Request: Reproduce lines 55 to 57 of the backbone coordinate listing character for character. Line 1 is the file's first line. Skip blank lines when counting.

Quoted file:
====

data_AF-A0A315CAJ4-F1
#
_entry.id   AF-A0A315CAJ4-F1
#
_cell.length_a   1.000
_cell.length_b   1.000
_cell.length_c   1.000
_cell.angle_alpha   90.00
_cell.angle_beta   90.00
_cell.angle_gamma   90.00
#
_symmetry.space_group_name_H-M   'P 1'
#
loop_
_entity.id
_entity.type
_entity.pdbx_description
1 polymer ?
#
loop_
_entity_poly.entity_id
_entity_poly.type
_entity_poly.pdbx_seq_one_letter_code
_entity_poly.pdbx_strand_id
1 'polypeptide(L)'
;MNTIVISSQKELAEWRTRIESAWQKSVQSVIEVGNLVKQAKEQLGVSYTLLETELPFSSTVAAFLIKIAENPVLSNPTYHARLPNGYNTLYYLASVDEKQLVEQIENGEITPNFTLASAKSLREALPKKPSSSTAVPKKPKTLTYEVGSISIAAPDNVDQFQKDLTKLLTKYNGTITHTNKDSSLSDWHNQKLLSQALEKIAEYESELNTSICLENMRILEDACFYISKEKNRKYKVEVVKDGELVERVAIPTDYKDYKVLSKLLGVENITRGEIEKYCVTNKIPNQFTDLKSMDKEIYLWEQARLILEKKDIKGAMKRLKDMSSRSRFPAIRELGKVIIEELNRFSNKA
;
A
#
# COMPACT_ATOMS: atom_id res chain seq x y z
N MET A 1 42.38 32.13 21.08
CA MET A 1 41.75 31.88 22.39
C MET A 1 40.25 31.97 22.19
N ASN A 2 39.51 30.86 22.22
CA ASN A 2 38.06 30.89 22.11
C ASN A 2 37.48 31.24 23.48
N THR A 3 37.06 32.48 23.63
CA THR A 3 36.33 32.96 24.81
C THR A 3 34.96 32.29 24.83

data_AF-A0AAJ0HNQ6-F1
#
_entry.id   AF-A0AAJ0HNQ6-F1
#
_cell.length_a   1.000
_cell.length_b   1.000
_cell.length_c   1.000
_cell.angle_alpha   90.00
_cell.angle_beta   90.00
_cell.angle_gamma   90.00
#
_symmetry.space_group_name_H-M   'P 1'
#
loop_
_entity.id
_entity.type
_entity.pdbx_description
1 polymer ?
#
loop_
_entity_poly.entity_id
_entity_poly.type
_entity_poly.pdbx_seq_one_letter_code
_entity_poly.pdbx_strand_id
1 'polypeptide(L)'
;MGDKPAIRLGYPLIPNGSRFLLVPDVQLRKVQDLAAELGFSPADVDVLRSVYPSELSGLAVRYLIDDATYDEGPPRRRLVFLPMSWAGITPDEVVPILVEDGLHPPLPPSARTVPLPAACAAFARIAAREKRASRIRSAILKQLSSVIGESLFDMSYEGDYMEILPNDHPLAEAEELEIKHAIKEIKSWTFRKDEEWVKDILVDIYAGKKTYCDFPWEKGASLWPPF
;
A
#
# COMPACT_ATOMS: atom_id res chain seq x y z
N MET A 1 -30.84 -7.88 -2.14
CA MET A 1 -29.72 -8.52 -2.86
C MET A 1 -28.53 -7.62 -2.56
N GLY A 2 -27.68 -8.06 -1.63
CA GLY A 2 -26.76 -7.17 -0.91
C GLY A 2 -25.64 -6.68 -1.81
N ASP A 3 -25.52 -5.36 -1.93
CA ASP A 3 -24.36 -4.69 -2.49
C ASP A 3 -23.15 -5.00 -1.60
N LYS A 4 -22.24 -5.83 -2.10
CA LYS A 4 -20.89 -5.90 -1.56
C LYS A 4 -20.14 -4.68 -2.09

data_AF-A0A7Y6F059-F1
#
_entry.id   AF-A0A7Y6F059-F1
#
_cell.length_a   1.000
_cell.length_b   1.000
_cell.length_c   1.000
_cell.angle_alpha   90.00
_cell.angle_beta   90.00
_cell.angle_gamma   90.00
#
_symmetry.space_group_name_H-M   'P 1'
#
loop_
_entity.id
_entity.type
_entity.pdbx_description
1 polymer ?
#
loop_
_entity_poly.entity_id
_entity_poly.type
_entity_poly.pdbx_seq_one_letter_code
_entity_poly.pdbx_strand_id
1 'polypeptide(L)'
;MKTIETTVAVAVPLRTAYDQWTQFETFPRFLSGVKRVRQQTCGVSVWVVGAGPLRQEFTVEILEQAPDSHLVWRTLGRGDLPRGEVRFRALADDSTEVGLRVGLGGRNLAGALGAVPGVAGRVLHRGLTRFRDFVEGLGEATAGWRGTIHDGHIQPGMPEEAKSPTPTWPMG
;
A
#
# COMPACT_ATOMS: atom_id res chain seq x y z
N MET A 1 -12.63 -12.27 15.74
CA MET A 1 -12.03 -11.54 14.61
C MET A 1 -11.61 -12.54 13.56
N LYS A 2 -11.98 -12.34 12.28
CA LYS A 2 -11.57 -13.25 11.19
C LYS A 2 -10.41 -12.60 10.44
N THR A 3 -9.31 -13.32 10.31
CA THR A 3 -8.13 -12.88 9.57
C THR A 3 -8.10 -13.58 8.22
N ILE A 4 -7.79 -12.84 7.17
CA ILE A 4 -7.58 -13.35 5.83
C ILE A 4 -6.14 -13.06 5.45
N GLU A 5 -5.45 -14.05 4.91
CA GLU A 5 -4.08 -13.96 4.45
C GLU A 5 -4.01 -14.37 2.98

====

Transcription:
_entity.type
_entity.pdbx_description
1 polymer ?